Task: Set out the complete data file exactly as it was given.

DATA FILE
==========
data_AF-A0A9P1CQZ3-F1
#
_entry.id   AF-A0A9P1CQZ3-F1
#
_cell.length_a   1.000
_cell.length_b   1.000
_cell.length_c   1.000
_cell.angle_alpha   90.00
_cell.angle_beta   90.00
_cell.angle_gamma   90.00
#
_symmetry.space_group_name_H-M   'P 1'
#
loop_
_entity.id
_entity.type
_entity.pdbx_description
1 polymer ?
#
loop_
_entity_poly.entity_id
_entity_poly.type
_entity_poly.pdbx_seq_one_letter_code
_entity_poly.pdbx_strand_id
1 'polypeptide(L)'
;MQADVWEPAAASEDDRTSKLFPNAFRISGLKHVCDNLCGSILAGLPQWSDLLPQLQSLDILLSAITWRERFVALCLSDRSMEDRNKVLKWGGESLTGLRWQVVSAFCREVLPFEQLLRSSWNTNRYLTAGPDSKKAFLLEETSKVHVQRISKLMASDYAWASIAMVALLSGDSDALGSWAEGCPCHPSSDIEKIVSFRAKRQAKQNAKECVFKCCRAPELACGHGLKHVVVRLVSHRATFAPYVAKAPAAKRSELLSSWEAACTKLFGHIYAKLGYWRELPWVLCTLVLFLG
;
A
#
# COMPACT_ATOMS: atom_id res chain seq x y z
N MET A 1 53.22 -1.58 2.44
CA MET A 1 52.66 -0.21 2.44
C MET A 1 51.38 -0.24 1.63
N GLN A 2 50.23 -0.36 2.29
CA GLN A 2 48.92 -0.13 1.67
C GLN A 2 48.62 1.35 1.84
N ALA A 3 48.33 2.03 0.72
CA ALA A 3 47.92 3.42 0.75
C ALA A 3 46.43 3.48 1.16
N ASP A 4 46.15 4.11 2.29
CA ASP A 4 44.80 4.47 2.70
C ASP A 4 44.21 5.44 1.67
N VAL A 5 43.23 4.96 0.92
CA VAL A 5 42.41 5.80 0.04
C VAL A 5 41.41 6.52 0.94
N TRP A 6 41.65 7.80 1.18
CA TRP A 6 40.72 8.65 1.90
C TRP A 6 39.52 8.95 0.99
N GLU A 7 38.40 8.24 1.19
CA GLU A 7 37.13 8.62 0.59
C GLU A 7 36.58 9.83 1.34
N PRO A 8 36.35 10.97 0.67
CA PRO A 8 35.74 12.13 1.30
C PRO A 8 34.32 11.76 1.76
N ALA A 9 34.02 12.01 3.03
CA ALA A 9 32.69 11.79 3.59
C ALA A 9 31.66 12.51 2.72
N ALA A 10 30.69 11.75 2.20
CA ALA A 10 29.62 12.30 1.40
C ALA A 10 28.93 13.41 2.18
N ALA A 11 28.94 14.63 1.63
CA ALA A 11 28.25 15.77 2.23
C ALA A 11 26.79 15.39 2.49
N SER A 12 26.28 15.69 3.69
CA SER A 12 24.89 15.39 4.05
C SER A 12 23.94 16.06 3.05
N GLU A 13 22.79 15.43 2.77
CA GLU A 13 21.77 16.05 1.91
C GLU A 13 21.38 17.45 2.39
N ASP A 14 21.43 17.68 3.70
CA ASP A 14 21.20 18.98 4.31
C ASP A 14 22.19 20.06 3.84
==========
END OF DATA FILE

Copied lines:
data_AF-A0A9P1CQZ3-F1
#
_entry.id   AF-A0A9P1CQZ3-F1
#
_cell.length_a   1.000
_cell.length_b   1.000
_cell.length_c   1.000
_cell.angle_alpha   90.00
_cell.angle_beta   90.00
_cell.angle_gamma   90.00
#
_symmetry.space_group_name_H-M   'P 1'
#
loop_
_entity.id
_entity.type
_entity.pdbx_description
1 polymer ?
#
loop_
_entity_poly.entity_id
_entity_poly.type
_entity_poly.pdbx_seq_one_letter_code
_entity_poly.pdbx_strand_id
1 'polypeptide(L)'
;MQADVWEPAAASEDDRTSKLFPNAFRISGLKHVCDNLCGSILAGLPQWSDLLPQLQSLDILLSAITWRERFVALCLSDRSMEDRNKVLKWGGESLTGLRWQVVSAFCREVLPFEQLLRSSWNTNRYLTAGPDSKKAFLLEETSKVHVQRISKLMASDYAWASIAMVALLSGDSDALGSWAEGCPCHPSSDIEKIVSFRAKRQAKQNAKECVFKCCRAPELACGHGLKHVVVRLVSHRATFAPYVAKAPAAKRSELLSSWEAACTKLFGHIYAKLGYWRELPWVLCTLVLFLG
;
A
#
# COMPACT_ATOMS: atom_id res chain seq x y z
N MET A 1 53.22 -1.58 2.44
CA MET A 1 52.66 -0.21 2.44
C MET A 1 51.38 -0.24 1.63
N GLN A 2 50.23 -0.36 2.29
CA GLN A 2 48.92 -0.13 1.67
C GLN A 2 48.62 1.35 1.84
N ALA A 3 48.33 2.03 0.72
CA ALA A 3 47.92 3.42 0.75
C ALA A 3 46.43 3.48 1.16
N ASP A 4 46.15 4.11 2.29
CA ASP A 4 44.80 4.47 2.70
C ASP A 4 44.21 5.44 1.67
N VAL A 5 43.23 4.96 0.92
CA VAL A 5 42.41 5.80 0.04
C VAL A 5 41.41 6.52 0.94
N TRP A 6 41.65 7.80 1.18
CA TRP A 6 40.72 8.65 1.90
C TRP A 6 39.52 8.95 0.99
N GLU A 7 38.40 8.24 1.19
CA GLU A 7 37.13 8.62 0.59
C GLU A 7 36.58 9.83 1.34
N PRO A 8 36.35 10.97 0.67
CA PRO A 8 35.74 12.13 1.30
C PRO A 8 34.32 11.76 1.76
N ALA A 9 34.02 12.01 3.03
CA ALA A 9 32.69 11.79 3.59
C ALA A 9 31.66 12.51 2.72
N ALA A 10 30.69 11.75 2.20
CA ALA A 10 29.62 12.30 1.40
C ALA A 10 28.93 13.41 2.18
N ALA A 11 28.94 14.63 1.63
CA ALA A 11 28.25 15.77 2.23
C ALA A 11 26.79 15.39 2.49
N SER A 12 26.28 15.69 3.69
CA SER A 12 24.89 15.39 4.05
C SER A 12 23.94 16.06 3.05
N GLU A 13 22.79 15.43 2.77
CA GLU A 13 21.77 16.05 1.91
C GLU A 13 21.38 17.45 2.39
N ASP A 14 21.43 17.68 3.70
CA ASP A 14 21.20 18.98 4.31
C ASP A 14 22.19 20.06 3.84